Grown Up Talk With OJ Law

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We met OJ Law at a very strange time in his life, when Yesterday is a Distant Dream was released in 2012. Three years later, and we’re all grown up now, we sit down with the “banana indie soulrocktronica” singer-songwriter once again to talk about his new album, Let’s Be Adult, and well, being adults.

What’s the story behind Let’s Be Adult?
The title actually came from a song by a band called Pizzicato Five, a band I was quite infatuated with for a few years in the early ‘00s. It’s not really a grammatical error, but it does sound peculiar, doesn’t it? It doesn’t quite roll off the tongue naturally – and I love that awkwardness. The phrase also has multiple interpretations: it can be something that children say when they’re playing together, or it can be about maturity, and also about sexuality. On the actual song, ‘Let’s Be Adult’, there’s another interpretation, because I add a couple of extra words, “Let’s be adult about it.” You know like, let’s resolve our differences.

What kind of storytelling songs do you have in store for your listeners this time around?
The entire album is structured to tell a story. It’s quite autobiographical; it follows my life from the end of a relationship, to the journey into a new one. Hopefully, it comes across as such when someone is listening to it, because lyrically, most of the songs are written to evoke certain moods, rather than recounting exact events. However, ‘Introverts’ is one of the exceptions; that whole lyric is very vivid to me. I see this image of someone going clubbing on a Friday night, being surrounded by people, but feeling very alone. ‘Waves Gently’ is the other one; I think it manages to paint the scene of a dinner date quite well, with relatively few words. That being said though, lyric writing is still hard for me, and I agonise over them for a long time!

For your previous album, Yesterday is a Distant Dream, it took you three years to put together, and you did mention before that the album sounds different for each track as they are written at different points of your life when you’re influenced by the different kind of music you were listening to. Assuming that Let’s Be Adult took three years as well, based on the gap between both albums, how different a path did this album go down, as compared to the previous album? Is it still a combination of different musical phases of your life, or is it this time a lump sum of one particular influence?
When I finished my last album, although I was happy with how it turned out, it occurred to me that it wasn’t an album that I would listen to myself, if it was written by someone else. It skewed more towards the music I liked listening to in my youth. So, I decided I wanted to make an album that reflects the kind of music I listen to now. Part of that is a sonic thing; I spent a lot of time analysing the sounds of records I like, deconstructing the instruments and textures, and incorporating them into my own songs. But mainly it has to do with me gradually losing interest with indie rock – which is funny, because that’s the sort of music that got me started with wanting to learn how to play the guitar and write songs (laughs)! Not that I’m totally dismissing it now. I mean, if there’s a really amazing song or album, I’ll be all over it. But most of these garage rock, post-punk revivalists or singer-songwriter types… I generally just tune out now.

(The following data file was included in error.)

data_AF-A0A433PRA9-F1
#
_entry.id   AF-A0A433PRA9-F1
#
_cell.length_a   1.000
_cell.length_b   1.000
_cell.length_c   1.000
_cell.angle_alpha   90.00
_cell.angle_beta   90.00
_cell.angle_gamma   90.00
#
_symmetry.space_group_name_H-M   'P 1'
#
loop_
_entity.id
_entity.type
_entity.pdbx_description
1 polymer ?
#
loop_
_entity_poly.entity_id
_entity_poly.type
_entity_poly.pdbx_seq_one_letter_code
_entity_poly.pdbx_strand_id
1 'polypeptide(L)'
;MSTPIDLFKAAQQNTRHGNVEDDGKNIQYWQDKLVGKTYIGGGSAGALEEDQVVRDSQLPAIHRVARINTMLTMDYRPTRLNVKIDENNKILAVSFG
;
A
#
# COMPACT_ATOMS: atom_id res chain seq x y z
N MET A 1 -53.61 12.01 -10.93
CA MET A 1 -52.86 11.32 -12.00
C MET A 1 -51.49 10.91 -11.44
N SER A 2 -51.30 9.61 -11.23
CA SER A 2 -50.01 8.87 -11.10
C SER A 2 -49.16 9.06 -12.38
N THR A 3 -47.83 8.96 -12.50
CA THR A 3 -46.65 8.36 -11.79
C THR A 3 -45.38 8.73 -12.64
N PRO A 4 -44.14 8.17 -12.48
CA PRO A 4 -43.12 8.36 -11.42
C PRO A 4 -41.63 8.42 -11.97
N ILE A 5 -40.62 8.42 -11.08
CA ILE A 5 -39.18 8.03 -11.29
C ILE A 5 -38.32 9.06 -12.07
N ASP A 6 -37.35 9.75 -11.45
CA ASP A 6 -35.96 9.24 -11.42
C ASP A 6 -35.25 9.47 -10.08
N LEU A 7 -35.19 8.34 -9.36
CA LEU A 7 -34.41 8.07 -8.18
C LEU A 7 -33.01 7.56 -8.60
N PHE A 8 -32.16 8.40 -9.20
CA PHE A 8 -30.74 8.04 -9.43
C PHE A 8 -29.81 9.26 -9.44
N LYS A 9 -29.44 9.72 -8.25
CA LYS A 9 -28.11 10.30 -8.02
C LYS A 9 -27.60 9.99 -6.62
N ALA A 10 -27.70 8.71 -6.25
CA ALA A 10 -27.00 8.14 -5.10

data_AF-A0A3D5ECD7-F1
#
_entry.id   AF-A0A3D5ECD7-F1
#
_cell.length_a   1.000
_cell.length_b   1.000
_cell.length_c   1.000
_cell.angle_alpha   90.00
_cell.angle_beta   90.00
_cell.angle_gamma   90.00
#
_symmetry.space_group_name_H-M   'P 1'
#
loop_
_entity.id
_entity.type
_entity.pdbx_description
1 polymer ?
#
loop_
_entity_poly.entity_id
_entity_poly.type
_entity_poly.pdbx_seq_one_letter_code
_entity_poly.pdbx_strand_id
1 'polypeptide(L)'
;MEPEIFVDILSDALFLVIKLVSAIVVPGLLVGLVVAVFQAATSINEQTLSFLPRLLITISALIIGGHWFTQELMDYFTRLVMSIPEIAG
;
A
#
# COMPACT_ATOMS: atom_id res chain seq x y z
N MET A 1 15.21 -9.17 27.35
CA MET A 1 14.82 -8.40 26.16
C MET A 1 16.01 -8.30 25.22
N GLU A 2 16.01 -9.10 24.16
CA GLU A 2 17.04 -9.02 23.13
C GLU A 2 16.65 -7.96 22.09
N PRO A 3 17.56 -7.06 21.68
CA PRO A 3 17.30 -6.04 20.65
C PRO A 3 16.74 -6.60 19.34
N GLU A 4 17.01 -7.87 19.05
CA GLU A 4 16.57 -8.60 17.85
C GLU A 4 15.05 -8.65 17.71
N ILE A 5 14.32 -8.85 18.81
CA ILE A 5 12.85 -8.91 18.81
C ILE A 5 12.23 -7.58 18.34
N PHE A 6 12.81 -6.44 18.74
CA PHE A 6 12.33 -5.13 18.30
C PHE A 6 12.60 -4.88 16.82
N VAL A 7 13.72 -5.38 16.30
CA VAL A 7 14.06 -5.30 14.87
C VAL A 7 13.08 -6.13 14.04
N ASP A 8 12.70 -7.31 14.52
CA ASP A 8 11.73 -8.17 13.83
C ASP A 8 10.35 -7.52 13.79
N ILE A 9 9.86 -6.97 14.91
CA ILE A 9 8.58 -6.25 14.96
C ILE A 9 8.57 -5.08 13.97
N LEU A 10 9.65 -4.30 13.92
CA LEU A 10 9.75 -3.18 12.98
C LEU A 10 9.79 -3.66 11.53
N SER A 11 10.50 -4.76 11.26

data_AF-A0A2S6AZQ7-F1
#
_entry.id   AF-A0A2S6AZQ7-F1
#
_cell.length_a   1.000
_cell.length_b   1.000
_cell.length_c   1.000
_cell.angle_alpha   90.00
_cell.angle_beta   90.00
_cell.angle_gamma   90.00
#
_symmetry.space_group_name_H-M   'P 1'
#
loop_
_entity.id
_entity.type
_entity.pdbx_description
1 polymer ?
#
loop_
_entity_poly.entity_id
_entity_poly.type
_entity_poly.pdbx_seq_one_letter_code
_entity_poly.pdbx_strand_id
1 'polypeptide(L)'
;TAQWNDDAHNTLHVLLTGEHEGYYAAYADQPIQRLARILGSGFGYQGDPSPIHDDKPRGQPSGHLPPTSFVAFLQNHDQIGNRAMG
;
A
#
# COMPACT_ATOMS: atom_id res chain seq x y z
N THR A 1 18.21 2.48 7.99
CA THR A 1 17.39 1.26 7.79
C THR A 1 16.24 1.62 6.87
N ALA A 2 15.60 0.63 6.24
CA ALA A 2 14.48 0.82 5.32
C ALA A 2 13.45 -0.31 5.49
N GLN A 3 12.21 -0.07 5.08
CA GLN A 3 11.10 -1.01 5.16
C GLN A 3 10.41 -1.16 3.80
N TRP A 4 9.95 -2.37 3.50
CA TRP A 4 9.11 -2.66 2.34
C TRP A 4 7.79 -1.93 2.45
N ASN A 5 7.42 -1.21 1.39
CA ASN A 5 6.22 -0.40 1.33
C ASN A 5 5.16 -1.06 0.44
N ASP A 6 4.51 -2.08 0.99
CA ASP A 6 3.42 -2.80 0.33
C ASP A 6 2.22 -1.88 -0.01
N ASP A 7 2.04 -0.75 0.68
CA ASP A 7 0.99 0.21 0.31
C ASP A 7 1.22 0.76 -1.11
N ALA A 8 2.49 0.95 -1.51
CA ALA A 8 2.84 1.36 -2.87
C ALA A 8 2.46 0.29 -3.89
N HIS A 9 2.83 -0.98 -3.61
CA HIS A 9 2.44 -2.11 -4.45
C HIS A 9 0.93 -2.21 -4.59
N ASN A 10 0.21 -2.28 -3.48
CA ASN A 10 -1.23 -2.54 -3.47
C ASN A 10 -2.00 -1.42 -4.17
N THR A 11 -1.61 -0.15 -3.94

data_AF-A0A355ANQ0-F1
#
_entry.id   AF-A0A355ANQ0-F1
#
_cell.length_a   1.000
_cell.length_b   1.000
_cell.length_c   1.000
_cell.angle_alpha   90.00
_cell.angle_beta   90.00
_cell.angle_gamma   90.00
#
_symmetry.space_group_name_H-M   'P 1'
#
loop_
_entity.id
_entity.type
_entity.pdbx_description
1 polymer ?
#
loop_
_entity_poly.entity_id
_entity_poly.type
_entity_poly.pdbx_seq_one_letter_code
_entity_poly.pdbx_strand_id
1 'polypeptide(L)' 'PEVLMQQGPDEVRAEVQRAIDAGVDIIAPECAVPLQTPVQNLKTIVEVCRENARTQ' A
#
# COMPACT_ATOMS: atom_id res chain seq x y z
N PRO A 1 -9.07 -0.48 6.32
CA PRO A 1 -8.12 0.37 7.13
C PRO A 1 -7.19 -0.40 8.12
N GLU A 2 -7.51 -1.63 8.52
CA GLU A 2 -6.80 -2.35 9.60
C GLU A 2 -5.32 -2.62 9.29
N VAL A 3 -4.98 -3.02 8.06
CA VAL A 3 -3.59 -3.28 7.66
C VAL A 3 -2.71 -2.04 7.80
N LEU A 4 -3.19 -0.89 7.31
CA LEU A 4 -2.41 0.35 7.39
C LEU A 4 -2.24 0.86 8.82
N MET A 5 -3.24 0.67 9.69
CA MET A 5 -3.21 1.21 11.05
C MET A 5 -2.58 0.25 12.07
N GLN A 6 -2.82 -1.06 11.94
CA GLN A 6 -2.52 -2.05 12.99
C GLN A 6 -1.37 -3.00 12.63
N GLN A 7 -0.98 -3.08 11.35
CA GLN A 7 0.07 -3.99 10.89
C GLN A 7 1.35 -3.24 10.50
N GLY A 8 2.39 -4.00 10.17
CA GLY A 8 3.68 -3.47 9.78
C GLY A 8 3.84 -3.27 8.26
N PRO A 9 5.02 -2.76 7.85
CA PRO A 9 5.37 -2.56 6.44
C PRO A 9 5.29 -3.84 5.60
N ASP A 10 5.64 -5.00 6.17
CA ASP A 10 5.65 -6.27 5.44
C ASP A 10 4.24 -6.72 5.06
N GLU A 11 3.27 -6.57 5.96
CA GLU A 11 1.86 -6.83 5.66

We’re hearing a lot of synthesisers, ambiance-like influences, and those nostalgia kinds of feelings in Let’s Be Adult.
Would you say this is generally how it feels like to be an adult; calmer, quieter, and more reflective tunes, as compared to your previous album with a bit of rock going on? Actually, I’ve been mildly obsessed with synthesisers for a while now. It was more of I didn’t know how to use those sounds within the context of my songs. You can hear me trying it out on my previous albums, these little experiments where I’m trying to figure out how to make these synths work. I don’t know if it’s representative of being an adult; it’s just a reflection of myself. But I have friends who still love rock music, some are more about the radio pop, some haven’t listened to new music for many years. We’re all different, even as adults.

We once asked in regards to your previous album, what was it from yesterday that’s a distant dream to you, in which you said: “the idea of when you were younger and you have your entire life ahead of you and anything is possible. Just being in a position where you feel kind of invincible in a way. You’re able to do anything. And then, as time goes on, and that feeling of invincibility just kind of fades, and you’re just kind of left with what you managed to accomplish so far, or what you haven’t managed to accomplish.” There is sort of a notion of regret and disappointment in that answer, and compared to your current album, would you say that it’s a step forward, away from feeling bad for yourself, and just making peace with the unachieved accomplishments in the past, and creating new ones as an “adult”?
There’s definitely some truth to this. The last album definitely had a quarter-life crisis feel to it. I was somewhat unsure of myself, and I was still trying to figure out who I was supposed to be. I do feel more comfortable in my skin now. Sure, I could’ve done more in the past, but I’m making up for it now by doing more.

OJ Law’s new album ‘Let’s Be Adult’ is now available.

This article was featured in the HANGER SS15 issue.

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